It's a luxurious thing to think that we should be covering ourselves in new, and more importantly, unique ensembles of textiles every day. It is maybe a purely Western thing that has consequently seeped in reverse, against the stream of emigration, back to even developing countries where the notion is all the more absurd. In my case, the fundamental problem is a tad lighter: I keep wearing the same damn clothes over and over and I always have. What's worse is that I have pictures, decades worth, that indisputably prove this fact.
If you went to public school in the U.S. you may recall picture day. For some kids, it was a day to shine in fine outfits, those normally reserved for church or holidays. My mom also did her best to send me to school looking decent that day. The on-going problem presented itself not on picture day but on the day when the prints were delivered.
It was a much anticipated moment; "Did I blink? Where there boogers? Was my hair sticking up?". These and other childlike doubts ran amuck as the overpriced prints were handed out. The photos inevitably came out fine, and my mother would be satisfied for that school year. The most embarrassing issue, though, was the fact that as I slid the prints out of the envelope, I would almost always be wearing on that day the very same clothing I had been wearing when the images were made.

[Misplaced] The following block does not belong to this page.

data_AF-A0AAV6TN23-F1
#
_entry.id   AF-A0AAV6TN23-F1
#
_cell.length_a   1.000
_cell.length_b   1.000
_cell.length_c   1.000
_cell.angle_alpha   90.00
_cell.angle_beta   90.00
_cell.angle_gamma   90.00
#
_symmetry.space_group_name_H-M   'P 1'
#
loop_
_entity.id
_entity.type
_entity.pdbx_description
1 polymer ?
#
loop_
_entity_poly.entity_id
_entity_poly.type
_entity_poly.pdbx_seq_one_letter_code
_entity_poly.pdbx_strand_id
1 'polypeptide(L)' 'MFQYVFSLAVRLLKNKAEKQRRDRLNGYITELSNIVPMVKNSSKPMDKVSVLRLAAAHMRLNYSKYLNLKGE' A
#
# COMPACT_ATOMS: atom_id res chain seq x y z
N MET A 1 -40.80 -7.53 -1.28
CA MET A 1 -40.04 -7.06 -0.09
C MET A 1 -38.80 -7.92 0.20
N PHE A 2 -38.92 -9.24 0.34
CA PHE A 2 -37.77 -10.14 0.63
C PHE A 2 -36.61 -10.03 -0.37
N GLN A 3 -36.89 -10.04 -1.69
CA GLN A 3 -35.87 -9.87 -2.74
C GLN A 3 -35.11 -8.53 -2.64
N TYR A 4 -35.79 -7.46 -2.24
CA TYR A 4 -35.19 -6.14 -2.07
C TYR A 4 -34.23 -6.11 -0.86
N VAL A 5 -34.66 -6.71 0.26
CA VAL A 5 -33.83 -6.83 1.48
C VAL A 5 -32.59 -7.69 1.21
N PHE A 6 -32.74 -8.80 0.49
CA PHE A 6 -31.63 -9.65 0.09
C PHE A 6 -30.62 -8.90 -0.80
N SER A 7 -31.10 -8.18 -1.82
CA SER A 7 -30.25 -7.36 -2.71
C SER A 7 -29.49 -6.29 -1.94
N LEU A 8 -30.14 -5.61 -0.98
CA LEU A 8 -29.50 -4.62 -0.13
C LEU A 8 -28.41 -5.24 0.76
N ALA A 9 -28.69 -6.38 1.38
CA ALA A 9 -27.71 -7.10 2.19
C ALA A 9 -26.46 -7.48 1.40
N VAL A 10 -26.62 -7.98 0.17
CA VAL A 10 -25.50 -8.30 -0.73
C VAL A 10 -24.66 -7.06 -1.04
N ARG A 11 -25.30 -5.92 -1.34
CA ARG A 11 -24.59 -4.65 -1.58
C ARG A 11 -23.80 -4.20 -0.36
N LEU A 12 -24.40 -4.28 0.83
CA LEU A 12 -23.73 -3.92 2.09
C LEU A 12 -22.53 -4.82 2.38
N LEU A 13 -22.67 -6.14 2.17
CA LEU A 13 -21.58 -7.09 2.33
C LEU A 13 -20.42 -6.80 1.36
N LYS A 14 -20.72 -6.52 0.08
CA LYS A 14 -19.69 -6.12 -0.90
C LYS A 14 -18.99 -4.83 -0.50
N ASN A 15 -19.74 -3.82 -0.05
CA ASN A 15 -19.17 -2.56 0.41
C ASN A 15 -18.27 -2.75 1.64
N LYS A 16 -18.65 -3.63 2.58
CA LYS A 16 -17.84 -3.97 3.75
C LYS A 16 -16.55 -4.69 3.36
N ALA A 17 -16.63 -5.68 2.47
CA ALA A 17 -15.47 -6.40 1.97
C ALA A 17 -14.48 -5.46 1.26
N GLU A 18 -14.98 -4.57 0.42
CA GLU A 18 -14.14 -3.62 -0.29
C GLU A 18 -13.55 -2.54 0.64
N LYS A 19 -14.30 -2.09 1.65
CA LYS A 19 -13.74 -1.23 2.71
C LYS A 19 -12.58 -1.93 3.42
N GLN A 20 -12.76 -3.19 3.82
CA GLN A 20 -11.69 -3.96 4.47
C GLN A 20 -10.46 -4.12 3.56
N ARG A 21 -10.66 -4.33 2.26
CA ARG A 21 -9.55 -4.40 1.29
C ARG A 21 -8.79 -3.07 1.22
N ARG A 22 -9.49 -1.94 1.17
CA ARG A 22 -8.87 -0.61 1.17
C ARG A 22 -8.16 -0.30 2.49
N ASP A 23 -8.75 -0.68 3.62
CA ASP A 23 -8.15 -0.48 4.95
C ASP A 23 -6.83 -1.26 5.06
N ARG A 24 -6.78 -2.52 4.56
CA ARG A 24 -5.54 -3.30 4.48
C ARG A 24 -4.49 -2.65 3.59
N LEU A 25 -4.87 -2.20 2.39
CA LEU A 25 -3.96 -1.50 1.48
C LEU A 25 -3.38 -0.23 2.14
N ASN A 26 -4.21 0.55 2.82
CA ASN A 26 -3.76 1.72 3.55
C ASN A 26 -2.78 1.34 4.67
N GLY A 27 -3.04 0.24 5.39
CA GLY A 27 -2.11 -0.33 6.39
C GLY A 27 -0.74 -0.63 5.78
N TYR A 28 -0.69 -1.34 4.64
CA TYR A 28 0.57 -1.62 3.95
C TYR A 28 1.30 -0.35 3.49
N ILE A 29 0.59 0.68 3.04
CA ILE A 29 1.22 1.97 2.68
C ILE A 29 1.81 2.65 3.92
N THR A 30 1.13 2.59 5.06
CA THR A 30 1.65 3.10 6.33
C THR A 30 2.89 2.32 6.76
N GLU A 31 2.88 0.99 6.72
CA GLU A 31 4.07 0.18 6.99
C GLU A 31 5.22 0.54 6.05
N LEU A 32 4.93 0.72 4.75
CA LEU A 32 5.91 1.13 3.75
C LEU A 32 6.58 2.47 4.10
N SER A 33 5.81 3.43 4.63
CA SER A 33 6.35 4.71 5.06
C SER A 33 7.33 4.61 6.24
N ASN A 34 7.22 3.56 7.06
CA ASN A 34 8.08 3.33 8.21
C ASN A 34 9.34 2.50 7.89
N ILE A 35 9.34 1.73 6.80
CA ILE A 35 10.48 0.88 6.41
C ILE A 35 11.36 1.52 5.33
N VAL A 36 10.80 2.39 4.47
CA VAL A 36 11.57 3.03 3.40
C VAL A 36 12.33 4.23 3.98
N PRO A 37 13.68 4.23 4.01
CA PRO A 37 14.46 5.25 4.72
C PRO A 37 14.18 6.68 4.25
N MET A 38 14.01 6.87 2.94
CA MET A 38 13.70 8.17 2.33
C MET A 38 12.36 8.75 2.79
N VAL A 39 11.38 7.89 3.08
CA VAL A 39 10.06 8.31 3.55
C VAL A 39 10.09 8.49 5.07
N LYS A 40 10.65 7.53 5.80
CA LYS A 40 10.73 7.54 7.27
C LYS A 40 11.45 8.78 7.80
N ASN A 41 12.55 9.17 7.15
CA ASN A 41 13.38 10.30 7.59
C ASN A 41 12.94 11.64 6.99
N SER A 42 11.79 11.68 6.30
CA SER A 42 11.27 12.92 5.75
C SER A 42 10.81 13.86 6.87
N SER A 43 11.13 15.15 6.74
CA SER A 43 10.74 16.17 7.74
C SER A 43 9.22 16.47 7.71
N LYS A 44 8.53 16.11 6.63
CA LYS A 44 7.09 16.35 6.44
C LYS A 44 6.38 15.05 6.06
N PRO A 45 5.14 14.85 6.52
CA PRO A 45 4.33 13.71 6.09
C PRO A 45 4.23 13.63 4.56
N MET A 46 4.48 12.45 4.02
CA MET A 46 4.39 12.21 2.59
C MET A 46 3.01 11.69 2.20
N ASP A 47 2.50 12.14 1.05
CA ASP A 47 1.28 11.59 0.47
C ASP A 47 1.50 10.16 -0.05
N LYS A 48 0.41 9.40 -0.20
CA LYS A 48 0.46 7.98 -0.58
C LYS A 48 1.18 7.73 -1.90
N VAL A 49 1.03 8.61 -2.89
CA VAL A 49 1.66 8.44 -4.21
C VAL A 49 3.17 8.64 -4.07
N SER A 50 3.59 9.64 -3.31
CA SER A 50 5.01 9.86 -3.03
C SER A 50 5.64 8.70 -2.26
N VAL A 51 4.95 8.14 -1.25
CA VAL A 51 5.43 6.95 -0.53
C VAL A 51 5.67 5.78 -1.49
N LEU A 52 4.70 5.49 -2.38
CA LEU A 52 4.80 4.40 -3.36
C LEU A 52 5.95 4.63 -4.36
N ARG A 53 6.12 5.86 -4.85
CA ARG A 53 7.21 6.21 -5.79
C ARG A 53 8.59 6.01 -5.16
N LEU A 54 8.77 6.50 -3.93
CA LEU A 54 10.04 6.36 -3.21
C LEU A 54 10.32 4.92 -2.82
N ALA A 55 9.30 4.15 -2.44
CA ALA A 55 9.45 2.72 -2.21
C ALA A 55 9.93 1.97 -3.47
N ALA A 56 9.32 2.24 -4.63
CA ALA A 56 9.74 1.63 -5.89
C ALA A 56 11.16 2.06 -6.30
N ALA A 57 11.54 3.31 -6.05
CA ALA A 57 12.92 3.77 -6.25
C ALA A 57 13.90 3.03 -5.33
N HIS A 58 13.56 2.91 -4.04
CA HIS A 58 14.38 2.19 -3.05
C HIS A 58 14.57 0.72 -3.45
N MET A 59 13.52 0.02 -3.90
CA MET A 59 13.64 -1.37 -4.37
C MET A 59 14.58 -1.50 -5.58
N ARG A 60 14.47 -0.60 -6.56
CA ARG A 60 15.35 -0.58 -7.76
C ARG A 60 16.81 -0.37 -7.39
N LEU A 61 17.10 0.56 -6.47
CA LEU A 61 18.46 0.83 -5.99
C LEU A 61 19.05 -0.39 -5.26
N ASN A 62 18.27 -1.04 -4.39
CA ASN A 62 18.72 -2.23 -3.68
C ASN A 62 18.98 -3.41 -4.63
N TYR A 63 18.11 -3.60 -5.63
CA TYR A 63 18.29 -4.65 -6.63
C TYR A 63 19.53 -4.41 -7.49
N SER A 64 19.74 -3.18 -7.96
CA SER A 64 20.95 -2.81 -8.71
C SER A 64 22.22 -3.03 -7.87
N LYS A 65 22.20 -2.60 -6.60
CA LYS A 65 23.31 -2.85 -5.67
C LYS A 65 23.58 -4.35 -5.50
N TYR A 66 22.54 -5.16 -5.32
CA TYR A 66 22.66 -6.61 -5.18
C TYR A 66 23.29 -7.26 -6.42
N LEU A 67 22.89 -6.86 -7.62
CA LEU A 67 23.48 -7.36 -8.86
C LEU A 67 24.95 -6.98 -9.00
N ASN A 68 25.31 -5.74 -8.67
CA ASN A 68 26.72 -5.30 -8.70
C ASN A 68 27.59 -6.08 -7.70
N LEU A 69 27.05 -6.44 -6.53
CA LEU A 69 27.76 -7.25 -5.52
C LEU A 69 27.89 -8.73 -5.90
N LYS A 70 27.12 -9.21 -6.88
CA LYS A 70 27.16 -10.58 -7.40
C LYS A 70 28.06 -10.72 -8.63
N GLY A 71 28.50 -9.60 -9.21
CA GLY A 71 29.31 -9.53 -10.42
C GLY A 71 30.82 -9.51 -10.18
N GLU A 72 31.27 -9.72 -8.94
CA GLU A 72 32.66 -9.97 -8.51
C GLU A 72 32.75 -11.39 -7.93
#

I guess it was not enough to worry about during the first couple of coincidental "mirror image" moments. Other kids would notice (if I allowed the coincidence to be picked up) and before true, hormone-induced self-consciousness had set in, I wasn't all that perturbed. However, as grade school turned to junior high, high school, college and the official picture-taking opportunities grew, I noticed that what was once an infrequent happenstance had become a distinct trend.
Literally every time I had a picture taken, the image would reflect my attire at that moment and in future. So, as it turned out, my identifying documents then had an unmatched representative realism. If I were pulled over for speeding, I'm not sure if the officer would notice, but I'd be wearing the same striped shirt as on my driver's license. It was the same instance with my passport; I'd come to a customs official in an airport, and there I was, just as I appeared in the photograph.
I suppose it's remarkable that I'd have this innate, inadvertent skill of choosing the exact ensemble to represent myself in images as I would in person. After all, I stood in person to be photographed, right? It's almost as though I'd established a personal uniform, like we all do, but maybe this trend should alert me that my uniform has become just a little too uniform.